Provo » On a crisp, fall day at the end of October, DeVerl Humpherys made his 200th consecutive monthly climb up Y Mountain. He was accompanied by his two sons, his daughter and several grandchildren, who all struggled to keep up with the 78-year-old.
"How come your kids are so slow?" asked his grandson on the way up.
Humpherys laughed and stopped to wait for the others. "This sure beats the treadmill," Humpherys said on the descent looking over Utah Valley.
His monthly hiking goal started more than 16 years ago after his third back surgery, when his doctor suggested that some activity would help to rehabilitate his back. Each month he would set out to hike the 7-mile loop with a 3,000-foot elevation gain.
The goal became 100 consecutive months. When he reached that, it became 200. And now he's hoping for 222, which would be August when he'll be 80.
His daughter, Lisa Rollins, came up with him eight years ago to celebrate his 100th and has been tagging along ever since.
"He's drug me along," she said.
"Nope," replies Humpherys. "She's kept me going."
But Humpherys doesn't need too much motivation from others. Most of the time anyone else who offers to hike with him gets left in his dust. He is in such great shape, actually, that his son, Kerry, 47, of Orem, started training in June for the celebratory 200th hike.
"Even after hiking all summer he can still do it faster than I can," Kerry said.
It takes Humpherys about three hours to complete the hike, 20 minutes more than his time from 16 years ago.
Waiting for them at the top is the previous hike's number arranged in the rocks. In the few short minutes that Rollins reaches the summit before her father she changes the last digit to reflect that day's hike and then she takes a picture of her father and the number for a scrapbook.
To stay in shape he walks several times a week whether it's from his home near Timpview to Squaw Peak Road or the Y Mountain trail or an occasional excursion to Southern Utah with friends and family. He's always doing something.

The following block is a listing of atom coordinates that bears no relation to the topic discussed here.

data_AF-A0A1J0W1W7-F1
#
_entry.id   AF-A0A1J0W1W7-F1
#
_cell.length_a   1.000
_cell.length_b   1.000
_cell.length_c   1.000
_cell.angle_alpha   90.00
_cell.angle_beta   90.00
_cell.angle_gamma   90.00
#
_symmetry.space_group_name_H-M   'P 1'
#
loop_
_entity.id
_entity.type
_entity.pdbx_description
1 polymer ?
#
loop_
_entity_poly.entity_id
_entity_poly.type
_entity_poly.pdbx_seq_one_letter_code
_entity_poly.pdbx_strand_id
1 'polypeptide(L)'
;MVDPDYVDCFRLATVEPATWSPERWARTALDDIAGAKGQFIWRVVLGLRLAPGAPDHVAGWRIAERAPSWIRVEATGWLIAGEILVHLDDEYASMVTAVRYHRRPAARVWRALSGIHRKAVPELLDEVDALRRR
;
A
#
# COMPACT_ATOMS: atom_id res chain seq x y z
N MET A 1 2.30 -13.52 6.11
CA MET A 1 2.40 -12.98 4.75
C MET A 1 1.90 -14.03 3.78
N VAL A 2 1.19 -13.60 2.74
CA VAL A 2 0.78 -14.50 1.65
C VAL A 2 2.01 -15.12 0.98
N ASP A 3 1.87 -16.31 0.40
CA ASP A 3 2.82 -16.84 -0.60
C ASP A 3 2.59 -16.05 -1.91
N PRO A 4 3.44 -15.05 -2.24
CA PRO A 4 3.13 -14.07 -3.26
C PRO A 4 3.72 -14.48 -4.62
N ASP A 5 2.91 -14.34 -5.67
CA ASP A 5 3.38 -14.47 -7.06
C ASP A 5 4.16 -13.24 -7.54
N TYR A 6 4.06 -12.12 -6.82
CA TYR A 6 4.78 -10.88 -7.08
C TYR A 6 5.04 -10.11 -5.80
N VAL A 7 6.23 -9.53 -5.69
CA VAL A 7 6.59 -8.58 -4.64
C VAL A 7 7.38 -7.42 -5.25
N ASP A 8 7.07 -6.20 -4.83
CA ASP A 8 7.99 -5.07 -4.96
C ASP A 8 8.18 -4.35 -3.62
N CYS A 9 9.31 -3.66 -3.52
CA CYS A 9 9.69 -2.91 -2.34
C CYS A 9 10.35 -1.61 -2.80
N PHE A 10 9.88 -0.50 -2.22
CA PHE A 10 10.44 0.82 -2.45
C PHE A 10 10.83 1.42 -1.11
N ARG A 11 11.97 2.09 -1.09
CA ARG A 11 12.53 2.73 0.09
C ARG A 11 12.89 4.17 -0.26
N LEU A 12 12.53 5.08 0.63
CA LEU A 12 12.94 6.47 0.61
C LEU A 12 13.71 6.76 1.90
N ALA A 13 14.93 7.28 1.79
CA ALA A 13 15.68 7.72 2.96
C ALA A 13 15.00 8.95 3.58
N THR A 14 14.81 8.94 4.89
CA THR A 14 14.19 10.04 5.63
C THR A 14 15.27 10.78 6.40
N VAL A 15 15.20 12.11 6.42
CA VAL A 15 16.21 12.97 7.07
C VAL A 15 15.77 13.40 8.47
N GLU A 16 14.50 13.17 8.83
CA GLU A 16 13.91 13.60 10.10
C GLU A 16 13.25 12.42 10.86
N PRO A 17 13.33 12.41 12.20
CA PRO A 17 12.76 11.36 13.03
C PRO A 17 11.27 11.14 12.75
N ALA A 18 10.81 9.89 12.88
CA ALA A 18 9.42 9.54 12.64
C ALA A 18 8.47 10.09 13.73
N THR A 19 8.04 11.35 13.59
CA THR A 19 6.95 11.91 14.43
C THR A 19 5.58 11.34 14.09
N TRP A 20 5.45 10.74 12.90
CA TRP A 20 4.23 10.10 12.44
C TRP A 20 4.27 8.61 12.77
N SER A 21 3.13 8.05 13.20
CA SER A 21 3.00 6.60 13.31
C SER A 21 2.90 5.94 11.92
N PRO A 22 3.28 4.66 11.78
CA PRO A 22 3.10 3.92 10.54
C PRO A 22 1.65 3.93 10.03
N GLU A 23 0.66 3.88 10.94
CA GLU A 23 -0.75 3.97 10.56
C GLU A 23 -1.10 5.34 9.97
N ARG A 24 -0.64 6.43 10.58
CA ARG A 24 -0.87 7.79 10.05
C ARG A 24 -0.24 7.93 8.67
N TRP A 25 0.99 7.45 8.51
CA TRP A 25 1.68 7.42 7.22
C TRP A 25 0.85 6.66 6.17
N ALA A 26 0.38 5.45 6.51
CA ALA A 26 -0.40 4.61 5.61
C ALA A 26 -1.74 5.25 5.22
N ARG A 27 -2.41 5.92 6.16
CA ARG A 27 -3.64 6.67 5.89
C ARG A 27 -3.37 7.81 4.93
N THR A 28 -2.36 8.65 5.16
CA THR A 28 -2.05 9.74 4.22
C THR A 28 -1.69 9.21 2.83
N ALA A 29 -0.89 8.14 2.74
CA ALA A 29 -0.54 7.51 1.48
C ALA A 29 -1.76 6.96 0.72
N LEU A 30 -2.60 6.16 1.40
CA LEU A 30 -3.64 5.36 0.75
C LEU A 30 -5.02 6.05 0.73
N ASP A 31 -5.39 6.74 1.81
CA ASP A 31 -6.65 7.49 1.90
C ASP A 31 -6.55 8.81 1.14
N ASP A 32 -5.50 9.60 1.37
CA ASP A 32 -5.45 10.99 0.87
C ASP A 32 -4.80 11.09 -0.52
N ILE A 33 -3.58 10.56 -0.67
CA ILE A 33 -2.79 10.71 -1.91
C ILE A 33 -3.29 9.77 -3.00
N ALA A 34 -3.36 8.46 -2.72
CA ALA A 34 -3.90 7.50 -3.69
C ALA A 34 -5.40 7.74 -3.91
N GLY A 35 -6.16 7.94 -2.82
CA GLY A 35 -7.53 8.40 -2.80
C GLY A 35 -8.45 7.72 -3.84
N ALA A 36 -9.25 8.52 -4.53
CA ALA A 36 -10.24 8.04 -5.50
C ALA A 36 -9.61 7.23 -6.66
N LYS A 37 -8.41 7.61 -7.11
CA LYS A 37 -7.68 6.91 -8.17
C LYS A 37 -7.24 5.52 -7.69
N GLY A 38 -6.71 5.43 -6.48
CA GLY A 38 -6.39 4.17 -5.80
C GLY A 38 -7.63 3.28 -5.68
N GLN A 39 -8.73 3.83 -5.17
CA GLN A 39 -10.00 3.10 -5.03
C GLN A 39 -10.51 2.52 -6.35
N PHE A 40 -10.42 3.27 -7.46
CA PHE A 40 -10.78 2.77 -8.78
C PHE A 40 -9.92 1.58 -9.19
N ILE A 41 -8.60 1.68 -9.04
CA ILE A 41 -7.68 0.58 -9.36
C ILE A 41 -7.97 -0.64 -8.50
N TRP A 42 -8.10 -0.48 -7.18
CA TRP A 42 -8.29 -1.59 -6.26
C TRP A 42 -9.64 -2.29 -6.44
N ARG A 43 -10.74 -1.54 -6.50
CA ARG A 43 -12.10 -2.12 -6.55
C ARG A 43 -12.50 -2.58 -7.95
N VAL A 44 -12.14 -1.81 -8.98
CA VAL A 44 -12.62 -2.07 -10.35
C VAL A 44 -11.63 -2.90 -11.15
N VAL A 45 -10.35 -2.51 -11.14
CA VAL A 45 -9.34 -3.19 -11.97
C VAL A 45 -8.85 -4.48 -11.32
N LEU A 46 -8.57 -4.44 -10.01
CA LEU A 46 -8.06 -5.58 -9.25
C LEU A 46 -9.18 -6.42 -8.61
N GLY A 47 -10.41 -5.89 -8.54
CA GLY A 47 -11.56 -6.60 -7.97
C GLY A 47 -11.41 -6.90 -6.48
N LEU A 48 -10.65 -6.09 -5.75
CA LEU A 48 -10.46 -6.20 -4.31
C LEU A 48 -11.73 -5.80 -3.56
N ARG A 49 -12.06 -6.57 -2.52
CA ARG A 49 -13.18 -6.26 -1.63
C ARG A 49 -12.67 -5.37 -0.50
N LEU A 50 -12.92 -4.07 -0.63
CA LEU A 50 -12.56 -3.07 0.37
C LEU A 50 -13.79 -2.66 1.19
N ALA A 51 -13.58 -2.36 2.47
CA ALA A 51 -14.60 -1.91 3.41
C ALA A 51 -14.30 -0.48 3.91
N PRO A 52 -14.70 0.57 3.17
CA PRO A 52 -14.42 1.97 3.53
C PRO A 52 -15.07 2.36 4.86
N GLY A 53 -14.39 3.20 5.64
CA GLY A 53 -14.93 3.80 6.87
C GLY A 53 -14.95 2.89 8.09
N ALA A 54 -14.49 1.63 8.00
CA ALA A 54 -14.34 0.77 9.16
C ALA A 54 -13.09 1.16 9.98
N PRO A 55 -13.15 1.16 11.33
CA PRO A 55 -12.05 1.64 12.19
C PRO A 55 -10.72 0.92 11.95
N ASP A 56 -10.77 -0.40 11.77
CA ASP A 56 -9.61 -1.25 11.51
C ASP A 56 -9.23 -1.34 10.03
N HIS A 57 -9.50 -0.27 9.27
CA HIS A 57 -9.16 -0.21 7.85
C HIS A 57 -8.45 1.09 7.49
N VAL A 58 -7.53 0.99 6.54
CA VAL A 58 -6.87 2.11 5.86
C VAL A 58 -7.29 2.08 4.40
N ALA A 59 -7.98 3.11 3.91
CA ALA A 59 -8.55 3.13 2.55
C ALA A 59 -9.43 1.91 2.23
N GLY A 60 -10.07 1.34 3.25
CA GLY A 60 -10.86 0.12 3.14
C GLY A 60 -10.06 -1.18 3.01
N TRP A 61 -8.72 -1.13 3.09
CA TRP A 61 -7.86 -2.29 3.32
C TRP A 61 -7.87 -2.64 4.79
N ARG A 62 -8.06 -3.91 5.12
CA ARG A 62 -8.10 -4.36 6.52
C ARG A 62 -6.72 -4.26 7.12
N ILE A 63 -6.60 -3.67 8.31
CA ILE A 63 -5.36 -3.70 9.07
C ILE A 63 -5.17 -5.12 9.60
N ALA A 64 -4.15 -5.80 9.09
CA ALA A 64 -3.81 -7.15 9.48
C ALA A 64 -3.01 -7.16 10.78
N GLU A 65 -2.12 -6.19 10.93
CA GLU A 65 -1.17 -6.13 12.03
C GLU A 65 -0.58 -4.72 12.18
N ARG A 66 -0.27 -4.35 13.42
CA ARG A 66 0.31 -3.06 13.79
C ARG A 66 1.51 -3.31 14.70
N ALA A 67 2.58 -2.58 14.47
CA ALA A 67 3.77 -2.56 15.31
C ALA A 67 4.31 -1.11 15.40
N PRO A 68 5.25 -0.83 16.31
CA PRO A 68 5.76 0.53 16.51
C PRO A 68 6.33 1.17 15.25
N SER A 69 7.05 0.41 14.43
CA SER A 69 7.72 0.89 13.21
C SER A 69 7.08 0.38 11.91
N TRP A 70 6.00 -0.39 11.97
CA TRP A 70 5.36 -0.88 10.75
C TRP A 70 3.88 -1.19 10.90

During the winter months the father-daughter duo strap on snowshoes and trek their way to the 8,566-foot summit through several feet of snow. Rollins, an ultra-marathoner, hikes ahead of her father, breaking the trail. Even though they've hiked the trail so many times, when it's covered in snow they end up taking the easiest way up, which sometimes means going straight up the side of the mountain.
They often don't see the hike number for five to six months in the winter when it is buried under several feet of snow.
In the eight years of hiking together the father and daughter duo have become incredibly close. Their monthly three-hour hike lets them talk everything out.
"I went through some really hard times and it was great bonding time," Rollins said.
She wasn't the only one, though, who overcame tough times. Humpherys battled prostate cancer in 2002. In between 25 rounds of radiation treatment he still managed to make it up to the summit every month.
"It hasn't always been easy getting up there," he said. "But we've always managed to do it despite these things."